My Money, My Choices
Gail Vaz-Oxlade is a personal finance writer, television host and radio broadcaster. Every Wednesday, she arms Metro readers with tips to keep spending in check.
Stop with the excuses: The first step to solving your money problems is facing them head on
So many people see the math of money as overwhelming. It isn’t. It’s Grade 5 math. Stop using this excuse!
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Have you ever seen the movie The NeverEnding Story? The majority of the story takes place in the parallel world of Fantasia, a world being destroyed by The Nothing. As The Nothing creeps across the land, everything is consumed, leaving behind desolation and emptiness. The protagonist is a young warrior, Atreyu, who is charged with finding a way to stop The Nothing.
I’ve met people who have The Nothing in their lives when it comes to their money.
They are living in a miasma of inaction, the desperation of their circumstances paralyzing them. They’re afraid to look too closely at the mess they’ve made because that’ll crystallize just how dire their circumstances really are.
Sometimes they feel helpless. They even avoid seeking help because they’re too embarrassed by the mess they’ve made to fess up and get help.
If you’re sure that what you’re doing now isn’t working for you, then it’s time to make some changes. For as long as you remain mired in The Nothing, you will be eaten by the misery you’re feeling.
Face The Nothing head on and you will not only overcome the fear and the embarrassment, you’ll no longer feel helpless. You’ll be moving forward.
It won’t happen quickly. It’ll take time. And effort. It took time to make the mess, so it’ll take some serious effort to fix what’s broke.
Set aside the excuses you’ve been using for why you’re in a mess, like, “Gail, I want to make things better, but I just don’t know where to start. How can I take money out for the jars if I’m always in overdraft?”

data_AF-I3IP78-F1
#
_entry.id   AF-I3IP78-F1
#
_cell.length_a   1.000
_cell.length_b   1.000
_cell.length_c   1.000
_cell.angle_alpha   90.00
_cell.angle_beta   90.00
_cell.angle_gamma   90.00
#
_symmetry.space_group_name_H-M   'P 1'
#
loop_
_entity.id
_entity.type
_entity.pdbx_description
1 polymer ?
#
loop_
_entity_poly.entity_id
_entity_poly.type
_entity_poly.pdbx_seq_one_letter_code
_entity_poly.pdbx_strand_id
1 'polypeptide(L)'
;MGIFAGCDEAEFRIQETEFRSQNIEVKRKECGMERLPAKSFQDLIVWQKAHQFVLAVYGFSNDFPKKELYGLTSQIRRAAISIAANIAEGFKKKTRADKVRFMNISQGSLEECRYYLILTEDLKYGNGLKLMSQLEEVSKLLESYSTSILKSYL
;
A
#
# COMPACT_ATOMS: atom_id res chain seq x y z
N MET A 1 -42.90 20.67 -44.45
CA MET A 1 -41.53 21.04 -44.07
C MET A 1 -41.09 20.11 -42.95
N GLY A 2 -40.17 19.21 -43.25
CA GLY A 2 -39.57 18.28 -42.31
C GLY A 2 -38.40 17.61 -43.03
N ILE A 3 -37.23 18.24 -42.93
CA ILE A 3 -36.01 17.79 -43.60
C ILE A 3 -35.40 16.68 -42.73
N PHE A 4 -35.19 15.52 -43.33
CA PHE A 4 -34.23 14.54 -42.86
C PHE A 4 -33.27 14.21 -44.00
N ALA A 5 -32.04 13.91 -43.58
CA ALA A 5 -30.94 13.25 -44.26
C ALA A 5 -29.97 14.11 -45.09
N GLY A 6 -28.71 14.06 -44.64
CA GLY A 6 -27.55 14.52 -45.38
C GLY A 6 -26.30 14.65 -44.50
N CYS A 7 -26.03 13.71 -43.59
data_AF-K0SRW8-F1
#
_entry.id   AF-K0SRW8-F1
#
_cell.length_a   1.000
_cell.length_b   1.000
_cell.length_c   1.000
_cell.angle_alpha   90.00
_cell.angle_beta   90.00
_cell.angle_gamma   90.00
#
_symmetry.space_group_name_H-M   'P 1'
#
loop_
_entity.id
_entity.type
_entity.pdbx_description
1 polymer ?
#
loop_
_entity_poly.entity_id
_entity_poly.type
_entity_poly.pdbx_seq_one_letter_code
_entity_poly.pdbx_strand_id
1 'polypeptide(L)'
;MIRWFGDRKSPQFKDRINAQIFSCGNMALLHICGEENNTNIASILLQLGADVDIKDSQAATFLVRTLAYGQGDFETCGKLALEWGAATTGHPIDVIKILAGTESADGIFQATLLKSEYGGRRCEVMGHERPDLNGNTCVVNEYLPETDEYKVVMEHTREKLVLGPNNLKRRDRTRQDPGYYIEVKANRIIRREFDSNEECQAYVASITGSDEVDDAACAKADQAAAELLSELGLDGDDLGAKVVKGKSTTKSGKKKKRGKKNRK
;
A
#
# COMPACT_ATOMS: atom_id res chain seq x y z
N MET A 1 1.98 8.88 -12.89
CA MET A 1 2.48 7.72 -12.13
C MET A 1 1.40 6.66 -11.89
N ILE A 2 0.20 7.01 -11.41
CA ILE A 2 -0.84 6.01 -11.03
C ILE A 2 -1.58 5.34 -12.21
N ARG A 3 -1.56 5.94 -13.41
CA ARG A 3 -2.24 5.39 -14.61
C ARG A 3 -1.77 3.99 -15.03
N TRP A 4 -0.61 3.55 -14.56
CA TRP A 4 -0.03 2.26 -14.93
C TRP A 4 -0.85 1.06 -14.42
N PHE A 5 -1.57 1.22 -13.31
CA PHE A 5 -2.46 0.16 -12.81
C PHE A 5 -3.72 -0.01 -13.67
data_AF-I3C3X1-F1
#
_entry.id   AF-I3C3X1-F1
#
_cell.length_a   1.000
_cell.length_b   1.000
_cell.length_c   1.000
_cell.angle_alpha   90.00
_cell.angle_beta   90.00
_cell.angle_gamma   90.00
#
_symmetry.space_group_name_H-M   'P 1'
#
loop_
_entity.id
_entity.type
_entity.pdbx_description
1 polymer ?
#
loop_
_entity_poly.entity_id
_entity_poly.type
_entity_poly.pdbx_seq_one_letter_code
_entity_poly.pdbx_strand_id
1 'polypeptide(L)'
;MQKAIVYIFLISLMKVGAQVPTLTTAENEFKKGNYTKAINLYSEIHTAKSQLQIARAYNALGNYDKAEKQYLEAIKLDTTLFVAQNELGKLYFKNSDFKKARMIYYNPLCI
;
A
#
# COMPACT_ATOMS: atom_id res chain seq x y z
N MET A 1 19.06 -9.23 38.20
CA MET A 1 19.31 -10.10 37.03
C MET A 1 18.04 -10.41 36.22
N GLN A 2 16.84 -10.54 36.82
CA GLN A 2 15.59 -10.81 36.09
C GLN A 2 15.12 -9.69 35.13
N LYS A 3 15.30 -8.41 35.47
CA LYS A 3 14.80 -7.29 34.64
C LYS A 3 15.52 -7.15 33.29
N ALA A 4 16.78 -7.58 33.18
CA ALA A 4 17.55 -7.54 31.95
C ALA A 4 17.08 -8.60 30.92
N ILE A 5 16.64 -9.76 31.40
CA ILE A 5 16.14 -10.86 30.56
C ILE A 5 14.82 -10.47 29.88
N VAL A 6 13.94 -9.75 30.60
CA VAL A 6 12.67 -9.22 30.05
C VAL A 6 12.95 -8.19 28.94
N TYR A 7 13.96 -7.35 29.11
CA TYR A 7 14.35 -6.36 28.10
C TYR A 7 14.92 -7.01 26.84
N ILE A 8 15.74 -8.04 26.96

I get this question all the time. Hey, does being in overdraft stop you from buying groceries? I don’t think so. And that’s the money you’re putting in the food jar. Using the jars isn’t about finding extra money, it’s about taking the money you’d normally spend out of the bank (yes, even off your overdraft) and putting it into your jars, then not spending any more than that.
Eventually, if you’ve done a budget and you’re cutting back on your expenses, you’ll have the money to pay off that overdraft because you’re watching where your money goes and you’re focused on getting rid of the overdraft.
Here’s another excuse I hear frequently: “I can’t figure this out. I just don’t really have a brain for money. It’s too hard. Where can I go to get someone to help me?”
You don’t own a pen and a piece of paper? You can’t add and subtract? So many people see the math of money as overwhelming. It isn’t. It’s Grade 5 math. Seriously. Grade 5. Stop with this excuse!
You can change your life. You can work out your money problems. But you have to want to do it.
And you have to be willing to get off your ass and do the hard stuff it takes to figure out where you are and where you want to go. If you let your sense of being overwhelmed, your lack of time, or your waning willpower get in the way, The Nothing will eat you.
For more money advice, visit Gail’s website at gailvazoxlade.com